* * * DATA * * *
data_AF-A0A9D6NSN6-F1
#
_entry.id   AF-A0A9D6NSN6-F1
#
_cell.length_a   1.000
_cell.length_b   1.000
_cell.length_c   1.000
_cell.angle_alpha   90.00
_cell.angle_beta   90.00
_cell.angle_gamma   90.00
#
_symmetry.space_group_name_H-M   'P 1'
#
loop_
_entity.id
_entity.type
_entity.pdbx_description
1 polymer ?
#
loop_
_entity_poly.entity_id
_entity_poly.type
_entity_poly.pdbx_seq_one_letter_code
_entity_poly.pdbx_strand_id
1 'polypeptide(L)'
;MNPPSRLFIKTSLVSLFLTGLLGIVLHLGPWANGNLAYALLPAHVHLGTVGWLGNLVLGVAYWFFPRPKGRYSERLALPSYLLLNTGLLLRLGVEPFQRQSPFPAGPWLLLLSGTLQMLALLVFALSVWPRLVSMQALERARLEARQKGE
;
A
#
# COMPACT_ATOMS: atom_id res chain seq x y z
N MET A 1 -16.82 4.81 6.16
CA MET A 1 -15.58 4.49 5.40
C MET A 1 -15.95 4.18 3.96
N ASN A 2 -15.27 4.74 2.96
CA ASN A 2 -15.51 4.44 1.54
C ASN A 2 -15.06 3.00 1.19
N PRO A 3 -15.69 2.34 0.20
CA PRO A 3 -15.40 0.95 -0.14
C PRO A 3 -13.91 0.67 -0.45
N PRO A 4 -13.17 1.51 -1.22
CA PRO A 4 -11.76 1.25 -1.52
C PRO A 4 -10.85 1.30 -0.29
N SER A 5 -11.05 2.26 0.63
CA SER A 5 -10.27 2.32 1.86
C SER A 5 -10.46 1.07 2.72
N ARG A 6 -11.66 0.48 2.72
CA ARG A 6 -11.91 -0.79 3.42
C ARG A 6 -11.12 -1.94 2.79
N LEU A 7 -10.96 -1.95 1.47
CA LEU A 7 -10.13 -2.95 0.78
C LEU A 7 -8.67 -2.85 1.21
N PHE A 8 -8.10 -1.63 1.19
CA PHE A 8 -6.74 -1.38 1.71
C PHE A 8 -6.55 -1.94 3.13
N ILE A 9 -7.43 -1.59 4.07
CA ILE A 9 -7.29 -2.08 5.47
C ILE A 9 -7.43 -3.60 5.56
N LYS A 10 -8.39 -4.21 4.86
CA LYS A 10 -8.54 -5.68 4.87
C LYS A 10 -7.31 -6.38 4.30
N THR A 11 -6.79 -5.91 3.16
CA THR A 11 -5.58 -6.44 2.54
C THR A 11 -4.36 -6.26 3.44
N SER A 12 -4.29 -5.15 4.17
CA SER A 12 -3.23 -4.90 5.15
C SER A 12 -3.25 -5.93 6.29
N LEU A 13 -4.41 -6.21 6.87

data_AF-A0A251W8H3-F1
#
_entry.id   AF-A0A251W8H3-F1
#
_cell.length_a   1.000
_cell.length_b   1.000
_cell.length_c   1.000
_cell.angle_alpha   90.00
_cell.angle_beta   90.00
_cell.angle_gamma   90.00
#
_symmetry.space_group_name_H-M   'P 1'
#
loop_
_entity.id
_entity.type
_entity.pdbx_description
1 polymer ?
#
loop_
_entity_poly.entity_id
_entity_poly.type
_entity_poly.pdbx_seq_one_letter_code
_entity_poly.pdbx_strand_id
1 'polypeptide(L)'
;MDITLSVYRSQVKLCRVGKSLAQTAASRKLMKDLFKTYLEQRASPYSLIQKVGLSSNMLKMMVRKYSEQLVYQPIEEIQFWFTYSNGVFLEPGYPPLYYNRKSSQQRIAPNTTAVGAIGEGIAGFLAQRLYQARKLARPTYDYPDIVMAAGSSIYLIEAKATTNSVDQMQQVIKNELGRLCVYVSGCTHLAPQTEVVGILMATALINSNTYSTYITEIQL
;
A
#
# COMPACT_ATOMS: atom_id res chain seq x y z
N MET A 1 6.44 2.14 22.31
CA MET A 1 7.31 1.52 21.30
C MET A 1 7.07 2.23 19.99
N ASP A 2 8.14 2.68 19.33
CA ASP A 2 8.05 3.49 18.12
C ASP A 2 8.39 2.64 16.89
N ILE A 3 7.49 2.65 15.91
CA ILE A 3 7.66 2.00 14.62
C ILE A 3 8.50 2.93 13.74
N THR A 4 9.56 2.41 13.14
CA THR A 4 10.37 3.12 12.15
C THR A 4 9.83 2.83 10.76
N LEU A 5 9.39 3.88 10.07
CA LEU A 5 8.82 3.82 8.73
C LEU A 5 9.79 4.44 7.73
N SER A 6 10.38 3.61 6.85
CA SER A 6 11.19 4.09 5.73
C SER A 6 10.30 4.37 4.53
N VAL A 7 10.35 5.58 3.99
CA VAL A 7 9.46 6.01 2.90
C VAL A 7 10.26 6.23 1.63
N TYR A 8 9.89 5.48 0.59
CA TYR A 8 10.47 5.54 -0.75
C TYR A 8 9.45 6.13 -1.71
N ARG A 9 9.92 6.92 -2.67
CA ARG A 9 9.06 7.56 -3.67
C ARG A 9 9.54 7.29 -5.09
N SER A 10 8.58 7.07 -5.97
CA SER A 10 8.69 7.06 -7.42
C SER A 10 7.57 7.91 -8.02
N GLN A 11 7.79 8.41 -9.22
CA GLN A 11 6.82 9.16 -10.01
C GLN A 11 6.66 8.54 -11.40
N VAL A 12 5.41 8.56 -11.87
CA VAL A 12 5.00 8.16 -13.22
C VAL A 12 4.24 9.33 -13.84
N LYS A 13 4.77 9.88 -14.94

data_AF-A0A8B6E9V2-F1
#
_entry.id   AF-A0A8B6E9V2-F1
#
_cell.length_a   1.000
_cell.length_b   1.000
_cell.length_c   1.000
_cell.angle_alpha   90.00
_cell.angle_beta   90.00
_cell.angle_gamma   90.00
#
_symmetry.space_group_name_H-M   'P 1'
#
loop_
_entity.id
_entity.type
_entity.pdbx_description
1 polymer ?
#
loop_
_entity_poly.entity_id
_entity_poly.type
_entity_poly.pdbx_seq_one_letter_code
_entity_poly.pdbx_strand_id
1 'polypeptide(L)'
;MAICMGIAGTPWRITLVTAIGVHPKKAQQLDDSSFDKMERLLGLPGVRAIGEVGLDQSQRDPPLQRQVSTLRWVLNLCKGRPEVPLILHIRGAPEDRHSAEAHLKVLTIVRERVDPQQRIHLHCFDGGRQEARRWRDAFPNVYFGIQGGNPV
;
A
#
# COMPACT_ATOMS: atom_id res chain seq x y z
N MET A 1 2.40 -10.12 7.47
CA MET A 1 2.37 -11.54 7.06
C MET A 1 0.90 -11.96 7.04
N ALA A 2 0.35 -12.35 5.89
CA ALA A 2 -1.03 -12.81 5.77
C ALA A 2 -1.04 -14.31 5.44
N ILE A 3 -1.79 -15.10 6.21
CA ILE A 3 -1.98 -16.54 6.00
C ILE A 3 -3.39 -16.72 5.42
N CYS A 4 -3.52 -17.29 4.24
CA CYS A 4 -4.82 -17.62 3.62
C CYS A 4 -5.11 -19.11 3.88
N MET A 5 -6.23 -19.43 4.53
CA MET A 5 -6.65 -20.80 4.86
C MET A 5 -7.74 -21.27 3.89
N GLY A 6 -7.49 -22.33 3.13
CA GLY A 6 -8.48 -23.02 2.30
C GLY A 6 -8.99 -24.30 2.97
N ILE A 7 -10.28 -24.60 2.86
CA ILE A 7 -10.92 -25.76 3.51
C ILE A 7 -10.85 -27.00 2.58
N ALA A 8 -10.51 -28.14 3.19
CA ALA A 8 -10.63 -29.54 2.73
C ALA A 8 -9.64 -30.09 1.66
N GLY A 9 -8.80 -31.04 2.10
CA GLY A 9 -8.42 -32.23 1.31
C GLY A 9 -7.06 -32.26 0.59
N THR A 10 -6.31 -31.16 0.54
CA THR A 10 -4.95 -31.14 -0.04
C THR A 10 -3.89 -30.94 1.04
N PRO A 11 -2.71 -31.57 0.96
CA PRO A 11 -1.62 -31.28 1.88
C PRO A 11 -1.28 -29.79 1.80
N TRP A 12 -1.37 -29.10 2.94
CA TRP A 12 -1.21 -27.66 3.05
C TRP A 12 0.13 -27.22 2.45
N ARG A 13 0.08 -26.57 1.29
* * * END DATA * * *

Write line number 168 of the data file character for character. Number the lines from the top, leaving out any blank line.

N ALA A 2 0.35 -12.35 5.89